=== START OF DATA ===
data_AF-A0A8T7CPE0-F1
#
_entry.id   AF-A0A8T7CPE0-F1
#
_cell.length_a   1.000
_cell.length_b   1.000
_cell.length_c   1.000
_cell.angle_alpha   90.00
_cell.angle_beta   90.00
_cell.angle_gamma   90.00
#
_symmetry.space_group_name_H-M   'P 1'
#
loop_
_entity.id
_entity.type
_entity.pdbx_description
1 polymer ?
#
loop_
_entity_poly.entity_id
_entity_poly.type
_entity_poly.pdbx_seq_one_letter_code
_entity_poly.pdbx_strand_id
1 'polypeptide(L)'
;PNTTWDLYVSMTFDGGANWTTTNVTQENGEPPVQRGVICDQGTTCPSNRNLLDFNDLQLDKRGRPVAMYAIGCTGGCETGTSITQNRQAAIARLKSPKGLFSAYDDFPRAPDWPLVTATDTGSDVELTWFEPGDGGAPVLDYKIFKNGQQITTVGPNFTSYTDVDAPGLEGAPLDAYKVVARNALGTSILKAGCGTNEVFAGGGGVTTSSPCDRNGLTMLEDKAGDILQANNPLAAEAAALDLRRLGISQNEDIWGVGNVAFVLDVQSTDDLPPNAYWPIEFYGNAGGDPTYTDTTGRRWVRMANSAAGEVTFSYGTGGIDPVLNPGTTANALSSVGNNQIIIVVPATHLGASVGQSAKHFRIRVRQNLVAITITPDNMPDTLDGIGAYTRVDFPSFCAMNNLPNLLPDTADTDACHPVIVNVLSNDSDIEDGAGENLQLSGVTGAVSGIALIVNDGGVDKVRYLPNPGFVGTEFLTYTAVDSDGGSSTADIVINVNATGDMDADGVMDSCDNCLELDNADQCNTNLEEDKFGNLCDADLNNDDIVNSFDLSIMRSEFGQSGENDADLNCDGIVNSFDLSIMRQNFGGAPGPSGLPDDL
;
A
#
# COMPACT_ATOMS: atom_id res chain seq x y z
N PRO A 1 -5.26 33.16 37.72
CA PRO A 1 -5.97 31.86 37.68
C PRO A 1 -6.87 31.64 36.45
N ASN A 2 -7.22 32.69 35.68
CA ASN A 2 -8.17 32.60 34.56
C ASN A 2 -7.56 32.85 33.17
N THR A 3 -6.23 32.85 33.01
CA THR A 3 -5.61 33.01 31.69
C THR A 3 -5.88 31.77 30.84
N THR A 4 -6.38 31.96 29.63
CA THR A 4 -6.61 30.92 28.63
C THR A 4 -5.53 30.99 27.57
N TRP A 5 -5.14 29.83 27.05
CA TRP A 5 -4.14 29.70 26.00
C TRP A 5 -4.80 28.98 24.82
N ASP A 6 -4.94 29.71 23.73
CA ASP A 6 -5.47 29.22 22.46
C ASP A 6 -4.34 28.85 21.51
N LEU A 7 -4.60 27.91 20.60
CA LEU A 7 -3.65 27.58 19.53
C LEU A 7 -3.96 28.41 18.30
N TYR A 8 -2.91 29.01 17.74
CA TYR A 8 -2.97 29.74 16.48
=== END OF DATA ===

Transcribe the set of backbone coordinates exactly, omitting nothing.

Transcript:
data_AF-A0A8T7CPE0-F1
#
_entry.id   AF-A0A8T7CPE0-F1
#
_cell.length_a   1.000
_cell.length_b   1.000
_cell.length_c   1.000
_cell.angle_alpha   90.00
_cell.angle_beta   90.00
_cell.angle_gamma   90.00
#
_symmetry.space_group_name_H-M   'P 1'
#
loop_
_entity.id
_entity.type
_entity.pdbx_description
1 polymer ?
#
loop_
_entity_poly.entity_id
_entity_poly.type
_entity_poly.pdbx_seq_one_letter_code
_entity_poly.pdbx_strand_id
1 'polypeptide(L)'
;PNTTWDLYVSMTFDGGANWTTTNVTQENGEPPVQRGVICDQGTTCPSNRNLLDFNDLQLDKRGRPVAMYAIGCTGGCETGTSITQNRQAAIARLKSPKGLFSAYDDFPRAPDWPLVTATDTGSDVELTWFEPGDGGAPVLDYKIFKNGQQITTVGPNFTSYTDVDAPGLEGAPLDAYKVVARNALGTSILKAGCGTNEVFAGGGGVTTSSPCDRNGLTMLEDKAGDILQANNPLAAEAAALDLRRLGISQNEDIWGVGNVAFVLDVQSTDDLPPNAYWPIEFYGNAGGDPTYTDTTGRRWVRMANSAAGEVTFSYGTGGIDPVLNPGTTANALSSVGNNQIIIVVPATHLGASVGQSAKHFRIRVRQNLVAITITPDNMPDTLDGIGAYTRVDFPSFCAMNNLPNLLPDTADTDACHPVIVNVLSNDSDIEDGAGENLQLSGVTGAVSGIALIVNDGGVDKVRYLPNPGFVGTEFLTYTAVDSDGGSSTADIVINVNATGDMDADGVMDSCDNCLELDNADQCNTNLEEDKFGNLCDADLNNDDIVNSFDLSIMRSEFGQSGENDADLNCDGIVNSFDLSIMRQNFGGAPGPSGLPDDL
;
A
#
# COMPACT_ATOMS: atom_id res chain seq x y z
N PRO A 1 -5.26 33.16 37.72
CA PRO A 1 -5.97 31.86 37.68
C PRO A 1 -6.87 31.64 36.45
N ASN A 2 -7.22 32.69 35.68
CA ASN A 2 -8.17 32.60 34.56
C ASN A 2 -7.56 32.85 33.17
N THR A 3 -6.23 32.85 33.01
CA THR A 3 -5.61 33.01 31.69
C THR A 3 -5.88 31.77 30.84
N THR A 4 -6.38 31.96 29.63
CA THR A 4 -6.61 30.92 28.63
C THR A 4 -5.53 30.99 27.57
N TRP A 5 -5.14 29.83 27.05
CA TRP A 5 -4.14 29.70 26.00
C TRP A 5 -4.80 28.98 24.82
N ASP A 6 -4.94 29.71 23.73
CA ASP A 6 -5.47 29.22 22.46
C ASP A 6 -4.34 28.85 21.51
N LEU A 7 -4.60 27.91 20.60
CA LEU A 7 -3.65 27.58 19.53
C LEU A 7 -3.96 28.41 18.30
N TYR A 8 -2.91 29.01 17.74
CA TYR A 8 -2.97 29.74 16.48